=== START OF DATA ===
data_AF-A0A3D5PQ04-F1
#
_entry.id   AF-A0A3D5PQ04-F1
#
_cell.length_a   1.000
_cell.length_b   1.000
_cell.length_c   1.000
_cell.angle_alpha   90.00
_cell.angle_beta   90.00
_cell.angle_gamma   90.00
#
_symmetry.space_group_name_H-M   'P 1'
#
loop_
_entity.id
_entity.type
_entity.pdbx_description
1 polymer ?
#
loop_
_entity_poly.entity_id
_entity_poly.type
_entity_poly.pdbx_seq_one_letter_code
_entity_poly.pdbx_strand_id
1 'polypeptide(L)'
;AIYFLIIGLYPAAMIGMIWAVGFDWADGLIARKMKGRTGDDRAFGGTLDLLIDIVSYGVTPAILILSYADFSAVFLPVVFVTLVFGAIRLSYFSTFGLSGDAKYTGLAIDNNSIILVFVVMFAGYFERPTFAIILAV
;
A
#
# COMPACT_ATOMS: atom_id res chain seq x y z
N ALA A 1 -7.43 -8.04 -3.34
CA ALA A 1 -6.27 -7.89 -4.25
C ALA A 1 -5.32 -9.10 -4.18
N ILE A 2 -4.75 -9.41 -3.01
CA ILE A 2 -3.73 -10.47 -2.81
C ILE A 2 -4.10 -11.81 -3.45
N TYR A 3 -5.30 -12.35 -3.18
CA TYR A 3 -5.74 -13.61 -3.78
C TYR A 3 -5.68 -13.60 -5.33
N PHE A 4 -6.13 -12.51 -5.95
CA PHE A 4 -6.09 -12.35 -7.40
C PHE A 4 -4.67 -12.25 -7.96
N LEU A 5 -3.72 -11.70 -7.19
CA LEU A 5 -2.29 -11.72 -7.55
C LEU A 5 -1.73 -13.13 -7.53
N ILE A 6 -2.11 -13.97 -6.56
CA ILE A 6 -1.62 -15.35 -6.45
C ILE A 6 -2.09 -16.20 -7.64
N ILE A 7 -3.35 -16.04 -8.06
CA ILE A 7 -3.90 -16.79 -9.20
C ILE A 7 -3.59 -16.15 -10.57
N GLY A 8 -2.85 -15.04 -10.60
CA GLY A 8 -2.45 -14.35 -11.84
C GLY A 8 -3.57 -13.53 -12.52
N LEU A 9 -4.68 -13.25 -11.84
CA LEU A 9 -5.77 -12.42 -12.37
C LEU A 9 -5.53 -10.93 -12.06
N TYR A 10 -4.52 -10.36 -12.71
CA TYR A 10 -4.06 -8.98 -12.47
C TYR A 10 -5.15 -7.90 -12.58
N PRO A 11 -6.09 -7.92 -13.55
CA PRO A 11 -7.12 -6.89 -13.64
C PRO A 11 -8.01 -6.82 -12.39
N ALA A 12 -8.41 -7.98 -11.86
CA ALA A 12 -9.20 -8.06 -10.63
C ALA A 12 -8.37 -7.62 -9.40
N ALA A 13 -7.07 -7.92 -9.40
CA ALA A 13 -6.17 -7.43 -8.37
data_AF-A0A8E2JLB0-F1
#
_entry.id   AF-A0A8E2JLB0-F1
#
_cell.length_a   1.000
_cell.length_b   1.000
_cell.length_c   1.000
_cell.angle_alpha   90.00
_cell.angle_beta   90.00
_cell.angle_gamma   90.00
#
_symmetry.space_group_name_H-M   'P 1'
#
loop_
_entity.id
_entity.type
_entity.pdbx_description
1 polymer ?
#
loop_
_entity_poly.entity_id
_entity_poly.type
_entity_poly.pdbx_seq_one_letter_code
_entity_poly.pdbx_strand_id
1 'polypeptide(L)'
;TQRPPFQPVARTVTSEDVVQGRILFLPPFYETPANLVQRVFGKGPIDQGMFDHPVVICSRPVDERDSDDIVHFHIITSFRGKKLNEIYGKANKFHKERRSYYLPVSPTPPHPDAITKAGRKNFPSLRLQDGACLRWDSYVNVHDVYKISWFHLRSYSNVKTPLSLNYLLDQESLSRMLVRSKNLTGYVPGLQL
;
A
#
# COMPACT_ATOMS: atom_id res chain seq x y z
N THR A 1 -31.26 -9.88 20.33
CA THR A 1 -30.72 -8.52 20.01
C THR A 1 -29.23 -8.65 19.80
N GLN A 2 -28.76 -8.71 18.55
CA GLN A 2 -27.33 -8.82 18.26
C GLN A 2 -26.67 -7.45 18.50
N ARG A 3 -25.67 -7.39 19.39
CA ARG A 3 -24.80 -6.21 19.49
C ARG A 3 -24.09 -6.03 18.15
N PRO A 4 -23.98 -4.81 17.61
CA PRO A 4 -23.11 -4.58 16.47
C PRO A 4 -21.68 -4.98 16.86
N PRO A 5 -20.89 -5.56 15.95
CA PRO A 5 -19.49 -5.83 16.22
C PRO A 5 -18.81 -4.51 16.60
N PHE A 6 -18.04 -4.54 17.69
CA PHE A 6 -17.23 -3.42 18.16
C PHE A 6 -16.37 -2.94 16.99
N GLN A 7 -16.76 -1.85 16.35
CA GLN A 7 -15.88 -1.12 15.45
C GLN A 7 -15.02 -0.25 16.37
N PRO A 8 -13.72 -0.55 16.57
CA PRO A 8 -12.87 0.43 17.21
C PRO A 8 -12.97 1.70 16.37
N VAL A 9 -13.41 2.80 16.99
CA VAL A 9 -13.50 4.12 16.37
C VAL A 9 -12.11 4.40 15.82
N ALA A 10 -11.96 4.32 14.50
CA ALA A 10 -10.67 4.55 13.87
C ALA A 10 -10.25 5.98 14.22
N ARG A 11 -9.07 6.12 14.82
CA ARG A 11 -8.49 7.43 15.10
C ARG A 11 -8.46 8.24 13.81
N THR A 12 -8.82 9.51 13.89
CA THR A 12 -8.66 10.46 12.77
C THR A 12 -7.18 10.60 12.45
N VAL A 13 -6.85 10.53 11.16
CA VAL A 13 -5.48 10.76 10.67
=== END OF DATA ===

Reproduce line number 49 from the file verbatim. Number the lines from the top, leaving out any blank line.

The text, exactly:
N ILE A 7 -3.35 -16.04 -8.06